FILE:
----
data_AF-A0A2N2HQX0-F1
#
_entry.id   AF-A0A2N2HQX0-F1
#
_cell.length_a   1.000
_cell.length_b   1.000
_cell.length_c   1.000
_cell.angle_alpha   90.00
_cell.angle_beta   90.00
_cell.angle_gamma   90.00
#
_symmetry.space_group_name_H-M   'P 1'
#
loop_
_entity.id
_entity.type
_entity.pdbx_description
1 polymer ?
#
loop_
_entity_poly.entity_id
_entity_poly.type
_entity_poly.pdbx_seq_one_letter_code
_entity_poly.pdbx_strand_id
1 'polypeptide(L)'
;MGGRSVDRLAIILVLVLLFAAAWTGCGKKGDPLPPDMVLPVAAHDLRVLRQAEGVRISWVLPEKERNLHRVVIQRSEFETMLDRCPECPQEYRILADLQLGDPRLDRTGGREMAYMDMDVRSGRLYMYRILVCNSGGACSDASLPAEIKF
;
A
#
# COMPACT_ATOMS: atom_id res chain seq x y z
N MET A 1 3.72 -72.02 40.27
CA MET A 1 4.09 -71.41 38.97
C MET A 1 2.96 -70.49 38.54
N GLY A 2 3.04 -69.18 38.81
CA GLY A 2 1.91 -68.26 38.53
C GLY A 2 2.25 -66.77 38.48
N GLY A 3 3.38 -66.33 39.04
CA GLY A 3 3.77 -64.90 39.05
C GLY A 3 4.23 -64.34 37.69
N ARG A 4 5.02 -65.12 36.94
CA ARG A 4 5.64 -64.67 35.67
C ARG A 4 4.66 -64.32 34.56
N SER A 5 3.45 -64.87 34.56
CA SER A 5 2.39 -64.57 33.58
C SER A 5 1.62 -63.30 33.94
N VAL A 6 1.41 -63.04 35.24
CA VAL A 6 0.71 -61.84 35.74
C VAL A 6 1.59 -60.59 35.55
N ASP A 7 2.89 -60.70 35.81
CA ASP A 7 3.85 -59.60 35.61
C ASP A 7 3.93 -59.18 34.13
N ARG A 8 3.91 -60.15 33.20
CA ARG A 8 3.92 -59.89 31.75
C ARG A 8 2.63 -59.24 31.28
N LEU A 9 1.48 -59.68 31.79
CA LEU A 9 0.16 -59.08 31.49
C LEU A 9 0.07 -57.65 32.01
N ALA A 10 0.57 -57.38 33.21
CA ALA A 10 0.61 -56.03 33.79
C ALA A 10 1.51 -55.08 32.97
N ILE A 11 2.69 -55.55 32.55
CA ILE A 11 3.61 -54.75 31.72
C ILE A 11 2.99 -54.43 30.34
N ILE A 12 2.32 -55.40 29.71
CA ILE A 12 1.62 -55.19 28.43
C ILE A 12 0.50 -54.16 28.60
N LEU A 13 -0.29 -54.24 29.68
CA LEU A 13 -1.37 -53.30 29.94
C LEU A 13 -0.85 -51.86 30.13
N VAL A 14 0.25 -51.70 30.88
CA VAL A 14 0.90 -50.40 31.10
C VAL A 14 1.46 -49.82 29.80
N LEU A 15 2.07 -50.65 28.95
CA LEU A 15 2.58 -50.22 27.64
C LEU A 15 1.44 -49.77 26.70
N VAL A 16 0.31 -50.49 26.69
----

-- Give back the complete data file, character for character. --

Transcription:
data_AF-A0A2N2HQX0-F1
#
_entry.id   AF-A0A2N2HQX0-F1
#
_cell.length_a   1.000
_cell.length_b   1.000
_cell.length_c   1.000
_cell.angle_alpha   90.00
_cell.angle_beta   90.00
_cell.angle_gamma   90.00
#
_symmetry.space_group_name_H-M   'P 1'
#
loop_
_entity.id
_entity.type
_entity.pdbx_description
1 polymer ?
#
loop_
_entity_poly.entity_id
_entity_poly.type
_entity_poly.pdbx_seq_one_letter_code
_entity_poly.pdbx_strand_id
1 'polypeptide(L)'
;MGGRSVDRLAIILVLVLLFAAAWTGCGKKGDPLPPDMVLPVAAHDLRVLRQAEGVRISWVLPEKERNLHRVVIQRSEFETMLDRCPECPQEYRILADLQLGDPRLDRTGGREMAYMDMDVRSGRLYMYRILVCNSGGACSDASLPAEIKF
;
A
#
# COMPACT_ATOMS: atom_id res chain seq x y z
N MET A 1 3.72 -72.02 40.27
CA MET A 1 4.09 -71.41 38.97
C MET A 1 2.96 -70.49 38.54
N GLY A 2 3.04 -69.18 38.81
CA GLY A 2 1.91 -68.26 38.53
C GLY A 2 2.25 -66.77 38.48
N GLY A 3 3.38 -66.33 39.04
CA GLY A 3 3.77 -64.90 39.05
C GLY A 3 4.23 -64.34 37.69
N ARG A 4 5.02 -65.12 36.94
CA ARG A 4 5.64 -64.67 35.67
C ARG A 4 4.66 -64.32 34.56
N SER A 5 3.45 -64.87 34.56
CA SER A 5 2.39 -64.57 33.58
C SER A 5 1.62 -63.30 33.94
N VAL A 6 1.41 -63.04 35.24
CA VAL A 6 0.71 -61.84 35.74
C VAL A 6 1.59 -60.59 35.55
N ASP A 7 2.89 -60.70 35.81
CA ASP A 7 3.85 -59.60 35.61
C ASP A 7 3.93 -59.18 34.13
N ARG A 8 3.91 -60.15 33.20
CA ARG A 8 3.92 -59.89 31.75
C ARG A 8 2.63 -59.24 31.28
N LEU A 9 1.48 -59.68 31.79
CA LEU A 9 0.16 -59.08 31.49
C LEU A 9 0.07 -57.65 32.01
N ALA A 10 0.57 -57.38 33.21
CA ALA A 10 0.61 -56.03 33.79
C ALA A 10 1.51 -55.08 32.97
N ILE A 11 2.69 -55.55 32.55
CA ILE A 11 3.61 -54.75 31.72
C ILE A 11 2.99 -54.43 30.34
N ILE A 12 2.32 -55.40 29.71
CA ILE A 12 1.62 -55.19 28.43
C ILE A 12 0.50 -54.16 28.60
N LEU A 13 -0.29 -54.24 29.68
CA LEU A 13 -1.37 -53.30 29.94
C LEU A 13 -0.85 -51.86 30.13
N VAL A 14 0.25 -51.70 30.88
CA VAL A 14 0.90 -50.40 31.10
C VAL A 14 1.46 -49.82 29.80
N LEU A 15 2.07 -50.65 28.95
CA LEU A 15 2.58 -50.22 27.64
C LEU A 15 1.44 -49.77 26.70
N VAL A 16 0.31 -50.49 26.69